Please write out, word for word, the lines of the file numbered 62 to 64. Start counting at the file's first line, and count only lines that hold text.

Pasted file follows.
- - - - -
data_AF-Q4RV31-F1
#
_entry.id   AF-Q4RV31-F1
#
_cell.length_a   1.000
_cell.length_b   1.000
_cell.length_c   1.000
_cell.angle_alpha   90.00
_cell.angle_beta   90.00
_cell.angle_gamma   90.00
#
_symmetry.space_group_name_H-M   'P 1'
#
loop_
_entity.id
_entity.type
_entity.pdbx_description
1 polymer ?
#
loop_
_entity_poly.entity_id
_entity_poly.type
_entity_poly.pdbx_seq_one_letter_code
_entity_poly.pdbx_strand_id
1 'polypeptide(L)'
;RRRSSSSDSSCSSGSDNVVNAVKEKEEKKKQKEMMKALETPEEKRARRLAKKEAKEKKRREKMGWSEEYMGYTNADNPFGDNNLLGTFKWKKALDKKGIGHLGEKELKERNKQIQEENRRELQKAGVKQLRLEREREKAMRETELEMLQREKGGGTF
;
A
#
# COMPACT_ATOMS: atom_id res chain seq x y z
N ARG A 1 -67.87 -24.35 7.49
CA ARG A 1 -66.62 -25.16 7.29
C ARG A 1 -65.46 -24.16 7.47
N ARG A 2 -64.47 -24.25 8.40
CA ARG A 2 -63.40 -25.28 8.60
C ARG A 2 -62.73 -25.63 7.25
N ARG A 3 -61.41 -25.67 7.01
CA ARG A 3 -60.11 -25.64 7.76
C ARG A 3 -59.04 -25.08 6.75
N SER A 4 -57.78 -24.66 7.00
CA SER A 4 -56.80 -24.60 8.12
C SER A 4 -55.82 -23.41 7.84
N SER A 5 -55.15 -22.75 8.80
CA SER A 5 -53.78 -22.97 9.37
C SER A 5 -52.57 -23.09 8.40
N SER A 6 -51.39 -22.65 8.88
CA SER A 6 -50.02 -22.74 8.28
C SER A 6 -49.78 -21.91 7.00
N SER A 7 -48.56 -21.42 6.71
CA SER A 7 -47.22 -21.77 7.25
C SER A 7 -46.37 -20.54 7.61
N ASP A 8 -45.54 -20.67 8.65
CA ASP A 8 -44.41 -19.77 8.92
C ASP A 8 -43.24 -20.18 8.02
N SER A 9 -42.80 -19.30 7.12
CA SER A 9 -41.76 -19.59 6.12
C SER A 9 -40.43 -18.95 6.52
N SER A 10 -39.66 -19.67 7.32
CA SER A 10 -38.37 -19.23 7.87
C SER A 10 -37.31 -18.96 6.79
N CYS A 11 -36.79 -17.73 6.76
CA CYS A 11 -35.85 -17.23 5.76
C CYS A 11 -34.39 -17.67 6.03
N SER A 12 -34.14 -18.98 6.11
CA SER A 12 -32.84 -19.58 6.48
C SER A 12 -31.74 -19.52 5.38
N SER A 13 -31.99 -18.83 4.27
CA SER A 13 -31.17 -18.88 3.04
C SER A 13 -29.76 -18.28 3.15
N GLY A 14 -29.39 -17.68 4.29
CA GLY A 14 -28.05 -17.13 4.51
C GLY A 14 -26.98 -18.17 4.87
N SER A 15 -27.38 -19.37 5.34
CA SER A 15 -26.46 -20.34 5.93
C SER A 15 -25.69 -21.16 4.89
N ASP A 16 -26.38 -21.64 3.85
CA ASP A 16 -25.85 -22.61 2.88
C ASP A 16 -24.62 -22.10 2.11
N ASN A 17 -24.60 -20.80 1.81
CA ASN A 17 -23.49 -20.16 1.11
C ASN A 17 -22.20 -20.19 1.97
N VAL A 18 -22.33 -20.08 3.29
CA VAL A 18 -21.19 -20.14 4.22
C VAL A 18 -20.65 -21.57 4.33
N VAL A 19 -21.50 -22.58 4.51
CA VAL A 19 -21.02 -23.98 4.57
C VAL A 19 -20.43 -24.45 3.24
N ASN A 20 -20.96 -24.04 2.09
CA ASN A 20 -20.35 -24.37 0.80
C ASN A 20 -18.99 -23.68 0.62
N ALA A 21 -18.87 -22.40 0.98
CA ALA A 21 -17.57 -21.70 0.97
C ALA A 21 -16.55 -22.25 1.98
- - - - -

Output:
CA CYS A 11 -35.85 -17.23 5.76
C CYS A 11 -34.39 -17.67 6.03
N SER A 12 -34.14 -18.98 6.11